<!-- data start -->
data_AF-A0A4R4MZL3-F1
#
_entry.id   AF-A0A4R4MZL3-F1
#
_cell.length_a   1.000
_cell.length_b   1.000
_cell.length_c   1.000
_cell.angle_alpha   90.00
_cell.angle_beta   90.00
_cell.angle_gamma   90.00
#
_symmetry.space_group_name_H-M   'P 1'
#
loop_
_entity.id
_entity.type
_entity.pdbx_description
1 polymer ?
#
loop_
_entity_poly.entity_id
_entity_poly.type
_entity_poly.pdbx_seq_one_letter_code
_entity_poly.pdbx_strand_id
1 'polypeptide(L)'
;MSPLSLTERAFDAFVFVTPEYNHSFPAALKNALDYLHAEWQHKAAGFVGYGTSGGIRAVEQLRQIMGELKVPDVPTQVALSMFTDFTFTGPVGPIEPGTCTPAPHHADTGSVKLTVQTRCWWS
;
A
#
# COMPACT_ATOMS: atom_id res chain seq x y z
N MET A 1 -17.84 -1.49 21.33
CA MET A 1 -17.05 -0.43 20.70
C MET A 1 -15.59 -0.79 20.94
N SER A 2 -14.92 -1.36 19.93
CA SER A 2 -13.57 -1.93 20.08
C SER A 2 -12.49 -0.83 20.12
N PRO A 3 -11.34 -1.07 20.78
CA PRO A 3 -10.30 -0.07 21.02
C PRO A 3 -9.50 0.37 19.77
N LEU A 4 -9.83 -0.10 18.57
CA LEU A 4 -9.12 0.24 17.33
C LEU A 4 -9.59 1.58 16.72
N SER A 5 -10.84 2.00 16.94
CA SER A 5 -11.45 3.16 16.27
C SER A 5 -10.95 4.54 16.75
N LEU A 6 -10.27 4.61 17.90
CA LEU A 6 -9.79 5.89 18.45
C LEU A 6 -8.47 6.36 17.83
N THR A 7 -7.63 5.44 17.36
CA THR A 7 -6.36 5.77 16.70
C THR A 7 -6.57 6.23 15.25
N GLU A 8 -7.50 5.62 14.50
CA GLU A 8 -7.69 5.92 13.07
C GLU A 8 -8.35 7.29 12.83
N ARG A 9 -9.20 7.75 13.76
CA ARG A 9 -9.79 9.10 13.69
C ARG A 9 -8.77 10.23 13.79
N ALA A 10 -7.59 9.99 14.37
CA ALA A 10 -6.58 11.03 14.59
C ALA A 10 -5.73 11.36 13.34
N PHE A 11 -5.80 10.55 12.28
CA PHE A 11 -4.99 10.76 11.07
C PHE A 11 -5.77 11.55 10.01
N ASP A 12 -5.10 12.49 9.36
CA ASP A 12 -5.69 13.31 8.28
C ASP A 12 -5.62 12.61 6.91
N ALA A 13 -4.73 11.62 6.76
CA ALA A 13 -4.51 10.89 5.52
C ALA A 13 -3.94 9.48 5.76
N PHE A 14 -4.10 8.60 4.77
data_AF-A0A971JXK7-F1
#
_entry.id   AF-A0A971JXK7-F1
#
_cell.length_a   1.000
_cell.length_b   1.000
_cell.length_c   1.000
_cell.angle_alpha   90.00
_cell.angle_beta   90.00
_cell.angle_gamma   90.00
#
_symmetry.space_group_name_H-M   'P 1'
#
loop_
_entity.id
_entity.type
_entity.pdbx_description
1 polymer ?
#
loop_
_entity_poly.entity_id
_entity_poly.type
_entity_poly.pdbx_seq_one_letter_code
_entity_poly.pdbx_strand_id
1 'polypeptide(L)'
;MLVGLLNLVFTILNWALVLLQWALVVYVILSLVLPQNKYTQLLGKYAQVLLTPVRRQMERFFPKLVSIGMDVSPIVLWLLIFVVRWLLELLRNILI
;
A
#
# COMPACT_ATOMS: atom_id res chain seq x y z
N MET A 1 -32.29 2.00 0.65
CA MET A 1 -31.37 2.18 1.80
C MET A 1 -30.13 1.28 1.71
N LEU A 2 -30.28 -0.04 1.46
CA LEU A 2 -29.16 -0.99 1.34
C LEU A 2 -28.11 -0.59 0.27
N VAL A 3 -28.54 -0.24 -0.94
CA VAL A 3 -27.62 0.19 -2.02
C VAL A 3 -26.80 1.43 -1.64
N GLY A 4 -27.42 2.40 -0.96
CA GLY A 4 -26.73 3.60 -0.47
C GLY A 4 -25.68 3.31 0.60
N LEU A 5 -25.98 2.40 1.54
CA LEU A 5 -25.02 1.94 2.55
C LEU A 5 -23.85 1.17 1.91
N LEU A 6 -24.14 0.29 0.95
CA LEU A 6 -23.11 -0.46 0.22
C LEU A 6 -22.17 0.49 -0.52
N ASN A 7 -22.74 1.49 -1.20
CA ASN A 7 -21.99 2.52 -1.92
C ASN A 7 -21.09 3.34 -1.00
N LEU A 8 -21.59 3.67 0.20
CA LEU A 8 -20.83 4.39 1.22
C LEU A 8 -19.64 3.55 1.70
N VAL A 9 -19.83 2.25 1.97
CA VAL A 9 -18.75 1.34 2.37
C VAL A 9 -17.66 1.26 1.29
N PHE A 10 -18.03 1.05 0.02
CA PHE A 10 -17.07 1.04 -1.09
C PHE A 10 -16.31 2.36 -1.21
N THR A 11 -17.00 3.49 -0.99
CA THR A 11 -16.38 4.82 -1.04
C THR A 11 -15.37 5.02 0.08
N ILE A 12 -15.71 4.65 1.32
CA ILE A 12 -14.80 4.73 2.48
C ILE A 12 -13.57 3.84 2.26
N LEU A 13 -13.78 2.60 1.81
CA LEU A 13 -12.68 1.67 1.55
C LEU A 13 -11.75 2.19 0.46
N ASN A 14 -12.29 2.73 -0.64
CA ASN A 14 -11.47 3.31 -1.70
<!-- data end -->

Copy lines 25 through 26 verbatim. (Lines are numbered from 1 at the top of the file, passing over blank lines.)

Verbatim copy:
1 'polypeptide(L)'
;MSPLSLTERAFDAFVFVTPEYNHSFPAALKNALDYLHAEWQHKAAGFVGYGTSGGIRAVEQLRQIMGELKVPDVPTQVALSMFTDFTFTGPVGPIEPGTCTPAPHHADTGSVKLTVQTRCWWS